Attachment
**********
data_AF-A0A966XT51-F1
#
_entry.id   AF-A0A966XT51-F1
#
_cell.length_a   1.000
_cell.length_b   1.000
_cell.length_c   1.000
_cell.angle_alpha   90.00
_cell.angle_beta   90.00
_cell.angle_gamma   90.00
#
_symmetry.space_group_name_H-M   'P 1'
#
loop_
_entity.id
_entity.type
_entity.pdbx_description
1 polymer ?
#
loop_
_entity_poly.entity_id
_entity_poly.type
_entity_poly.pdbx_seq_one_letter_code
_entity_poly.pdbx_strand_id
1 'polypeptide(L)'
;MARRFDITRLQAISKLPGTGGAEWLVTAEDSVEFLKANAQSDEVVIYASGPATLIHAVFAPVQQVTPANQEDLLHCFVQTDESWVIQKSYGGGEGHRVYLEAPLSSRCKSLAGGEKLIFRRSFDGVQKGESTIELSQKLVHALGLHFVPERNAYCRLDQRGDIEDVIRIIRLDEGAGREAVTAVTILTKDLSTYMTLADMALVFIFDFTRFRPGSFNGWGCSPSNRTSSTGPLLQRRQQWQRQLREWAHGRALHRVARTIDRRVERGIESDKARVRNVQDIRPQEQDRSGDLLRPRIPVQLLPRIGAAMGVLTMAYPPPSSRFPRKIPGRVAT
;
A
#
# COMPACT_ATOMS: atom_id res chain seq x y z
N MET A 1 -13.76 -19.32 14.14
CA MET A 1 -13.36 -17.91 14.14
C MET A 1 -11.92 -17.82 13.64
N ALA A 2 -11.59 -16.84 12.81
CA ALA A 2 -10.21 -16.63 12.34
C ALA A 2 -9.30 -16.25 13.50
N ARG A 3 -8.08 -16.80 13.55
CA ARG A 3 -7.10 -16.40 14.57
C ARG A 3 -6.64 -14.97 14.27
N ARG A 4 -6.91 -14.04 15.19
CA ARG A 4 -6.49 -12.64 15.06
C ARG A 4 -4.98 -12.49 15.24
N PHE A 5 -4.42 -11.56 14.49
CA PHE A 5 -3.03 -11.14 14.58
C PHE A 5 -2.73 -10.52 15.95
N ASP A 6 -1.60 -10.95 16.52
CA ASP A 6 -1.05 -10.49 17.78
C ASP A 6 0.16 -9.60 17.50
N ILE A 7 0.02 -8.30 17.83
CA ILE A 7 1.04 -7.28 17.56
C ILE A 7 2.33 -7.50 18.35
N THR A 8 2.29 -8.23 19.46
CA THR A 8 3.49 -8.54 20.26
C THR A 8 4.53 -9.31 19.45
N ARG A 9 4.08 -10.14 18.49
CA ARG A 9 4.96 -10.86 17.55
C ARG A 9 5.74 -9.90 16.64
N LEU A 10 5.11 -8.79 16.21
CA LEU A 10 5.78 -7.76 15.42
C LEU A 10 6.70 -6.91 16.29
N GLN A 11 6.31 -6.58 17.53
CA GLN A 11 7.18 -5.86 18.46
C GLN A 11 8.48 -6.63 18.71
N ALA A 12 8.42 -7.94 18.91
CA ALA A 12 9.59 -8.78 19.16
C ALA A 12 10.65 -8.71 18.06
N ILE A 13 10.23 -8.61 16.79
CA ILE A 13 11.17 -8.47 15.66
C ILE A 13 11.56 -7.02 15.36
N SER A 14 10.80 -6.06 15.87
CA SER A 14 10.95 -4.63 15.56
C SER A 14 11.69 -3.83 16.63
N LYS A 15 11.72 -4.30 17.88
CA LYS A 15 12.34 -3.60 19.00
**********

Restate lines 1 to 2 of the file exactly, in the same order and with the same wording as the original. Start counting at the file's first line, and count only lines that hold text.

data_AF-A0A966XT51-F1
#